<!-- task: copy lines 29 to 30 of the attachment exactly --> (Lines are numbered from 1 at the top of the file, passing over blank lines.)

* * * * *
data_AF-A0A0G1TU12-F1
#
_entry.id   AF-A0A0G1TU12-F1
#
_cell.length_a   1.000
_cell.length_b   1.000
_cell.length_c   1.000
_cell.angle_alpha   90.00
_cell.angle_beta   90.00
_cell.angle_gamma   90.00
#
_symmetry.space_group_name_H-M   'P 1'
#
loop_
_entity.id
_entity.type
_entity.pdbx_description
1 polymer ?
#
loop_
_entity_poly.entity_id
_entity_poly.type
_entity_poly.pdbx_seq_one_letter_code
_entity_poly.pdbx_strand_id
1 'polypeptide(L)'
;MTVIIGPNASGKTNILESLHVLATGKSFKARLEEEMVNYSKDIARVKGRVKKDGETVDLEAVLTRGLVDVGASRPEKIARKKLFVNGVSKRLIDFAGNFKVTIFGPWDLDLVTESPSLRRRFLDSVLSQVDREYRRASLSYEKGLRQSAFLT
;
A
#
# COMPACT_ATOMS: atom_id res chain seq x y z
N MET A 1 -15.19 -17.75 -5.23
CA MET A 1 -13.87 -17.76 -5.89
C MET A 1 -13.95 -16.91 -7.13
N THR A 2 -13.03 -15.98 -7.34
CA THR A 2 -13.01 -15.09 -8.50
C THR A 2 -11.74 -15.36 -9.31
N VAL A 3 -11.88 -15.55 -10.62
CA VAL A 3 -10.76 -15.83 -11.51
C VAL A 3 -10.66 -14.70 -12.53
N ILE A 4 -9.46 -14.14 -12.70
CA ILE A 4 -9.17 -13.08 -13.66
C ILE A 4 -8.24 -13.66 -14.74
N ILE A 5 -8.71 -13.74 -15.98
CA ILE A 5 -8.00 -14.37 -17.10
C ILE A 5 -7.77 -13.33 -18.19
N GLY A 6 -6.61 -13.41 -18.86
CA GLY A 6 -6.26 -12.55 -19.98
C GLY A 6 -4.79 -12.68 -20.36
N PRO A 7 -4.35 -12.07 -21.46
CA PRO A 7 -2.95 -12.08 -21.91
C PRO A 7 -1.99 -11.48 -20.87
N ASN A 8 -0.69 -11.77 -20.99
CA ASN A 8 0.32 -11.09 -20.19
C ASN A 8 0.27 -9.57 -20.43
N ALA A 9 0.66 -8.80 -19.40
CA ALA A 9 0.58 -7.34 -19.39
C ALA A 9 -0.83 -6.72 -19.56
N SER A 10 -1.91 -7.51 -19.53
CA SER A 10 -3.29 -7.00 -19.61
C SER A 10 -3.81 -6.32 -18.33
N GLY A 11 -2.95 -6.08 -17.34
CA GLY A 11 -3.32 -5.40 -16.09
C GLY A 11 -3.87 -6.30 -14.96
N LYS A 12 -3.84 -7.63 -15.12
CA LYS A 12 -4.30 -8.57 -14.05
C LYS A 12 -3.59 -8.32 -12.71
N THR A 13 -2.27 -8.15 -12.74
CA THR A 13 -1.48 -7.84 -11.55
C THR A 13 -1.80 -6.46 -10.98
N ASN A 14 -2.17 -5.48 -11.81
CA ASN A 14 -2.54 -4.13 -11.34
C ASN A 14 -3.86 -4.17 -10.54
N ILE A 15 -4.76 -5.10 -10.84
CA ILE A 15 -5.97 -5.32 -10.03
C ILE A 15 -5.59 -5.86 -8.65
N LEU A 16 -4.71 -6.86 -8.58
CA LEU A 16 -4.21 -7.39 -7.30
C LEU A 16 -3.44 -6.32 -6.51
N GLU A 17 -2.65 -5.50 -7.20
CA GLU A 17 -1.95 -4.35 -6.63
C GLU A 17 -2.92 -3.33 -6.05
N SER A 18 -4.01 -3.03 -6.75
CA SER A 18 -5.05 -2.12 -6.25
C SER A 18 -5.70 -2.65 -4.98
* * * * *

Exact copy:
#
# COMPACT_ATOMS: atom_id res chain seq x y z